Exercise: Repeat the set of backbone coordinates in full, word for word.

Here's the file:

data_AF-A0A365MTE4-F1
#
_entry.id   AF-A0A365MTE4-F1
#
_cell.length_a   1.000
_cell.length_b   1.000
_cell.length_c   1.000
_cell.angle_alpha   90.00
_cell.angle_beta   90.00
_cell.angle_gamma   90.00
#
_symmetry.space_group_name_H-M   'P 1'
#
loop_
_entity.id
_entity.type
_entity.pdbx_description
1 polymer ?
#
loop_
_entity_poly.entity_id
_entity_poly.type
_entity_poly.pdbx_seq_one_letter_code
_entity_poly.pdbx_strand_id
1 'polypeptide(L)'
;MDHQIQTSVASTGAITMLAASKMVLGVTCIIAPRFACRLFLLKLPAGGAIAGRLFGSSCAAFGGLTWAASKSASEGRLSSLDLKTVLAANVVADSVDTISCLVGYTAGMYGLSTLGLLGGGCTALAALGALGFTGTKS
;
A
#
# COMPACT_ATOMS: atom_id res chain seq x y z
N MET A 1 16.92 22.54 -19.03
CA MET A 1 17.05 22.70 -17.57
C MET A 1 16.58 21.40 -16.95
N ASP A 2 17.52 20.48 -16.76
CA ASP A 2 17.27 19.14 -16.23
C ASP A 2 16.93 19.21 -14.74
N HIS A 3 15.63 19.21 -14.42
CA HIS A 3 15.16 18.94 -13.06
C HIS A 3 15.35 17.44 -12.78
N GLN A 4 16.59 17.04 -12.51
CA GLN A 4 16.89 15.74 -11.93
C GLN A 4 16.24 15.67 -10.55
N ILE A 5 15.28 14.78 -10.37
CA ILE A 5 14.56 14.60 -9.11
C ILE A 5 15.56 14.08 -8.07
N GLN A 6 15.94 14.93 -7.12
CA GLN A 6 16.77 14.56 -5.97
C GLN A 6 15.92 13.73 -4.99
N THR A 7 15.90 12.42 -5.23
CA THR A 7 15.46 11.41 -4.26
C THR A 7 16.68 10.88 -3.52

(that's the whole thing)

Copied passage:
data_AF-A0A365MTE4-F1
#
_entry.id   AF-A0A365MTE4-F1
#
_cell.length_a   1.000
_cell.length_b   1.000
_cell.length_c   1.000
_cell.angle_alpha   90.00
_cell.angle_beta   90.00
_cell.angle_gamma   90.00
#
_symmetry.space_group_name_H-M   'P 1'
#
loop_
_entity.id
_entity.type
_entity.pdbx_description
1 polymer ?
#
loop_
_entity_poly.entity_id
_entity_poly.type
_entity_poly.pdbx_seq_one_letter_code
_entity_poly.pdbx_strand_id
1 'polypeptide(L)'
;MDHQIQTSVASTGAITMLAASKMVLGVTCIIAPRFACRLFLLKLPAGGAIAGRLFGSSCAAFGGLTWAASKSASEGRLSSLDLKTVLAANVVADSVDTISCLVGYTAGMYGLSTLGLLGGGCTALAALGALGFTGTKS
;
A
#
# COMPACT_ATOMS: atom_id res chain seq x y z
N MET A 1 16.92 22.54 -19.03
CA MET A 1 17.05 22.70 -17.57
C MET A 1 16.58 21.40 -16.95
N ASP A 2 17.52 20.48 -16.76
CA ASP A 2 17.27 19.14 -16.23
C ASP A 2 16.93 19.21 -14.74
N HIS A 3 15.63 19.21 -14.42
CA HIS A 3 15.16 18.94 -13.06
C HIS A 3 15.35 17.44 -12.78
N GLN A 4 16.59 17.04 -12.51
CA GLN A 4 16.89 15.74 -11.93
C GLN A 4 16.24 15.67 -10.55
N ILE A 5 15.28 14.78 -10.37
CA ILE A 5 14.56 14.60 -9.11
C ILE A 5 15.56 14.08 -8.07
N GLN A 6 15.94 14.93 -7.12
CA GLN A 6 16.77 14.56 -5.97
C GLN A 6 15.92 13.73 -4.99
N THR A 7 15.90 12.42 -5.23
CA THR A 7 15.46 11.41 -4.26
C THR A 7 16.68 10.88 -3.52